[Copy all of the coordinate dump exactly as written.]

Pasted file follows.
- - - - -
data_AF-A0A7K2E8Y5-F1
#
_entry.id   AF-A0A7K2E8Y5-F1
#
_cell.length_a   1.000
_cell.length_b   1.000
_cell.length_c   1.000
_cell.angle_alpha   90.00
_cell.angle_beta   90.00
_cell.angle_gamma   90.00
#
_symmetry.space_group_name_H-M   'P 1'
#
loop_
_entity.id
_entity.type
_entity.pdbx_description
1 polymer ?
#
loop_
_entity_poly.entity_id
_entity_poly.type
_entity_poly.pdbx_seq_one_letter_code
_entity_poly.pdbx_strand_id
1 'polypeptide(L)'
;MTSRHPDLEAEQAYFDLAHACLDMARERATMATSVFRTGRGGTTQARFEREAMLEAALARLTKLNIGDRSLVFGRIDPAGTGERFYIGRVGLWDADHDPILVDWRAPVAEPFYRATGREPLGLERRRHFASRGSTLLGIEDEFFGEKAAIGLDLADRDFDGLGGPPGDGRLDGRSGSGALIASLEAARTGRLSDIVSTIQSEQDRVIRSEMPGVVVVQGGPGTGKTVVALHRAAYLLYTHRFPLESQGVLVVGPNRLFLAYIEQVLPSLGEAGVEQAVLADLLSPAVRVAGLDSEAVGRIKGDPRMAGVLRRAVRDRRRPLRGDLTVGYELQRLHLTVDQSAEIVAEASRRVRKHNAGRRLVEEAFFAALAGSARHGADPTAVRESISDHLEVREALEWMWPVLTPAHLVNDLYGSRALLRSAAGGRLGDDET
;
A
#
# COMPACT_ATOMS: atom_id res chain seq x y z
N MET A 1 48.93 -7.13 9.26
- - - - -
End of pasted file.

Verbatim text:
data_AF-A0A7K2E8Y5-F1
#
_entry.id   AF-A0A7K2E8Y5-F1
#
_cell.length_a   1.000
_cell.length_b   1.000
_cell.length_c   1.000
_cell.angle_alpha   90.00
_cell.angle_beta   90.00
_cell.angle_gamma   90.00
#
_symmetry.space_group_name_H-M   'P 1'
#
loop_
_entity.id
_entity.type
_entity.pdbx_description
1 polymer ?
#
loop_
_entity_poly.entity_id
_entity_poly.type
_entity_poly.pdbx_seq_one_letter_code
_entity_poly.pdbx_strand_id
1 'polypeptide(L)'
;MTSRHPDLEAEQAYFDLAHACLDMARERATMATSVFRTGRGGTTQARFEREAMLEAALARLTKLNIGDRSLVFGRIDPAGTGERFYIGRVGLWDADHDPILVDWRAPVAEPFYRATGREPLGLERRRHFASRGSTLLGIEDEFFGEKAAIGLDLADRDFDGLGGPPGDGRLDGRSGSGALIASLEAARTGRLSDIVSTIQSEQDRVIRSEMPGVVVVQGGPGTGKTVVALHRAAYLLYTHRFPLESQGVLVVGPNRLFLAYIEQVLPSLGEAGVEQAVLADLLSPAVRVAGLDSEAVGRIKGDPRMAGVLRRAVRDRRRPLRGDLTVGYELQRLHLTVDQSAEIVAEASRRVRKHNAGRRLVEEAFFAALAGSARHGADPTAVRESISDHLEVREALEWMWPVLTPAHLVNDLYGSRALLRSAAGGRLGDDET
;
A
#
# COMPACT_ATOMS: atom_id res chain seq x y z
N MET A 1 48.93 -7.13 9.26